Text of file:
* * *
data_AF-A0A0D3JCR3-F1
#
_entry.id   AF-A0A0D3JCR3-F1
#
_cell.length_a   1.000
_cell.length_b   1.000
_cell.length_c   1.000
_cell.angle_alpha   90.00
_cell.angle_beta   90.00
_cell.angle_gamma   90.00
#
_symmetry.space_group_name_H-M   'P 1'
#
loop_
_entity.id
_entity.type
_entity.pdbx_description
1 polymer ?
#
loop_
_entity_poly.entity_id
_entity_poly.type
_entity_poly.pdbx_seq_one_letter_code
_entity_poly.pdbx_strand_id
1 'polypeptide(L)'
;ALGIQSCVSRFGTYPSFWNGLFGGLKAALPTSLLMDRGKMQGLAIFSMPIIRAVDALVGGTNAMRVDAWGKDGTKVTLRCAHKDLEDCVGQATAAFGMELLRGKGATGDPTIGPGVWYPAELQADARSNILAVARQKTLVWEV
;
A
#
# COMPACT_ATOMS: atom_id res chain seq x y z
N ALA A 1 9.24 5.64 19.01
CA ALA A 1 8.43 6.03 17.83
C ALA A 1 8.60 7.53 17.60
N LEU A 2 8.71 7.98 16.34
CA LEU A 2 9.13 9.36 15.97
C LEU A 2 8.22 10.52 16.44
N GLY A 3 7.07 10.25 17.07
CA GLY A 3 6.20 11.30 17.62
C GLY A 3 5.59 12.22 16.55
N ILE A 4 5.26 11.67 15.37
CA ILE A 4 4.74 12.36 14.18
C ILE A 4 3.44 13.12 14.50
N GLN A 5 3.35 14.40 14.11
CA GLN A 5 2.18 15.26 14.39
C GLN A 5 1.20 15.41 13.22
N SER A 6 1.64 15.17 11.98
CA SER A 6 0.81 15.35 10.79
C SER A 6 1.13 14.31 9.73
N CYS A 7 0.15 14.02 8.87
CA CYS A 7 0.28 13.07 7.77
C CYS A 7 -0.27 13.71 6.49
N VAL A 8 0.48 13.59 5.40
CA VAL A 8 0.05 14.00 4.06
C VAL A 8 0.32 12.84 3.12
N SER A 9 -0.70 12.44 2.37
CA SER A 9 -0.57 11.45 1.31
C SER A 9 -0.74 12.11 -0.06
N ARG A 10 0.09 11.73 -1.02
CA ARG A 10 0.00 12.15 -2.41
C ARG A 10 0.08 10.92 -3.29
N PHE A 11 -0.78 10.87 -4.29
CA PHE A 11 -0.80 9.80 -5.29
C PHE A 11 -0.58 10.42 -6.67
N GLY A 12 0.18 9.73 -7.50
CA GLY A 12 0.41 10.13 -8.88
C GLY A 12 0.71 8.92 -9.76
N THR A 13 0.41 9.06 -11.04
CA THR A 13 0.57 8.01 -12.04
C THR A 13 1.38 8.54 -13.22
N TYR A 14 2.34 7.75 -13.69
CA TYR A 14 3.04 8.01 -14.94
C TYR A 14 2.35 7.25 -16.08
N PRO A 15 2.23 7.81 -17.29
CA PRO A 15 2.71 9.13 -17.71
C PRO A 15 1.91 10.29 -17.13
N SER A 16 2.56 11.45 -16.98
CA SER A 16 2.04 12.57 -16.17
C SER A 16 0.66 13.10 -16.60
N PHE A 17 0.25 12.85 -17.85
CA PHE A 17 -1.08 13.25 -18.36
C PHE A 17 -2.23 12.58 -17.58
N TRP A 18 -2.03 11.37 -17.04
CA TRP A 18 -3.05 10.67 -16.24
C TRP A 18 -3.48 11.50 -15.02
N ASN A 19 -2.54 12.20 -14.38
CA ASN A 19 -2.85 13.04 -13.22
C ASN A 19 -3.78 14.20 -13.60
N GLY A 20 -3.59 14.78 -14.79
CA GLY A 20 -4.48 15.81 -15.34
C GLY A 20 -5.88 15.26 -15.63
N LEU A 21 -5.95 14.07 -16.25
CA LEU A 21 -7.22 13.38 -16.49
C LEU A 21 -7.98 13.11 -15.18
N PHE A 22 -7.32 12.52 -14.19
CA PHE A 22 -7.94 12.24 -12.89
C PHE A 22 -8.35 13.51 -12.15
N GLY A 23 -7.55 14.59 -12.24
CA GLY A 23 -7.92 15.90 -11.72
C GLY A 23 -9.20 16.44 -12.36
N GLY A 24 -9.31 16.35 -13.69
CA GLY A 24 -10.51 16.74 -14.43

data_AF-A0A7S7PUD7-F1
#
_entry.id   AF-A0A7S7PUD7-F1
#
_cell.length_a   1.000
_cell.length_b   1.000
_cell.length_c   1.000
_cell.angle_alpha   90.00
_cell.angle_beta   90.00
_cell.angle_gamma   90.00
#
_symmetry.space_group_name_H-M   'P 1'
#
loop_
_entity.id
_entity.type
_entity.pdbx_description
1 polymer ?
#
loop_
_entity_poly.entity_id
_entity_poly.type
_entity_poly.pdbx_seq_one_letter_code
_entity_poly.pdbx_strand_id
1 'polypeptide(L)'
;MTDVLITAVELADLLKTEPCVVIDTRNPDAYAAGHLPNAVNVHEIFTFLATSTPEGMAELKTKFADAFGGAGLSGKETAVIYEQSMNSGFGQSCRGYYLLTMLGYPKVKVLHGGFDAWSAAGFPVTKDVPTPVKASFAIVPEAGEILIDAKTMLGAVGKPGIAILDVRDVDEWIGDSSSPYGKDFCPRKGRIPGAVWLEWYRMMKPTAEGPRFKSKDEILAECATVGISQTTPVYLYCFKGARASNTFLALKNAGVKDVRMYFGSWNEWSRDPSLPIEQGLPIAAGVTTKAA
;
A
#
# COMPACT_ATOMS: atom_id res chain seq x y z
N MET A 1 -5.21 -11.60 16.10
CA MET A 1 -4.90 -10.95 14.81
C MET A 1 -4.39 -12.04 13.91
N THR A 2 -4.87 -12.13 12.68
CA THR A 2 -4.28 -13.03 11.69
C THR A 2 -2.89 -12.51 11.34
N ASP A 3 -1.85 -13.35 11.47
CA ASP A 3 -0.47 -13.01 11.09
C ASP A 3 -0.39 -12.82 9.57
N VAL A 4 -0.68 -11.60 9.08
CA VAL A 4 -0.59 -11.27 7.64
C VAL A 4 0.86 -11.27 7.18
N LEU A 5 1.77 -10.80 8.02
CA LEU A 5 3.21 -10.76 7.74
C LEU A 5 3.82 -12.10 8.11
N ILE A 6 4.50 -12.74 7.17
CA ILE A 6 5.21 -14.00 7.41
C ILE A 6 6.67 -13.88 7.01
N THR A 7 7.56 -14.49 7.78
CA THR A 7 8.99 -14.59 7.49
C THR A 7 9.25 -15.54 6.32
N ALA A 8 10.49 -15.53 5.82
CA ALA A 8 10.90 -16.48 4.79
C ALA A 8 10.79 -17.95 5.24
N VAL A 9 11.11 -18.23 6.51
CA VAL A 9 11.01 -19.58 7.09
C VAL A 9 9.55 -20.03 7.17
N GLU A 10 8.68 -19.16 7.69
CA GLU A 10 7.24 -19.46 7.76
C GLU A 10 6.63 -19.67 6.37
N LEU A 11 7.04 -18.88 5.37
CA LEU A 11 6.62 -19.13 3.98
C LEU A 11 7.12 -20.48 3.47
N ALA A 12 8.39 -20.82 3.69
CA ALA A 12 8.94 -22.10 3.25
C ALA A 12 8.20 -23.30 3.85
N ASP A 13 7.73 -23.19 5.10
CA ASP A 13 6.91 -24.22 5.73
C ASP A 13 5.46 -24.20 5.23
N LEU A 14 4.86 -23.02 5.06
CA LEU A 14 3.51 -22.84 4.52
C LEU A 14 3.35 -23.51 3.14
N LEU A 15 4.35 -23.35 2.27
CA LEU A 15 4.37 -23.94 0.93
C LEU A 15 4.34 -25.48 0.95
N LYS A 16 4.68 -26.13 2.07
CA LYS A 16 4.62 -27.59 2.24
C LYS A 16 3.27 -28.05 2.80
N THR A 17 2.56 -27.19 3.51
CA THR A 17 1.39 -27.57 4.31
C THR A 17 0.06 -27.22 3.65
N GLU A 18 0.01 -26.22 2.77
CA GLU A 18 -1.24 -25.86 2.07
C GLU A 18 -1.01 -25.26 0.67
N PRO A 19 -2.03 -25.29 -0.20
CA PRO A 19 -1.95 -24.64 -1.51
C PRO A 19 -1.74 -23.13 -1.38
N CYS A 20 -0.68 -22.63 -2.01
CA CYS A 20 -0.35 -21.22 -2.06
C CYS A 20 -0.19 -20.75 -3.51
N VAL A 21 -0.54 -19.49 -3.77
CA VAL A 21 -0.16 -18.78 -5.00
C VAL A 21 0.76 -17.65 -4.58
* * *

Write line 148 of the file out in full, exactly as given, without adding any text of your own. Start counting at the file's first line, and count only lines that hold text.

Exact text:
CA ILE A 6 5.21 -14.00 7.41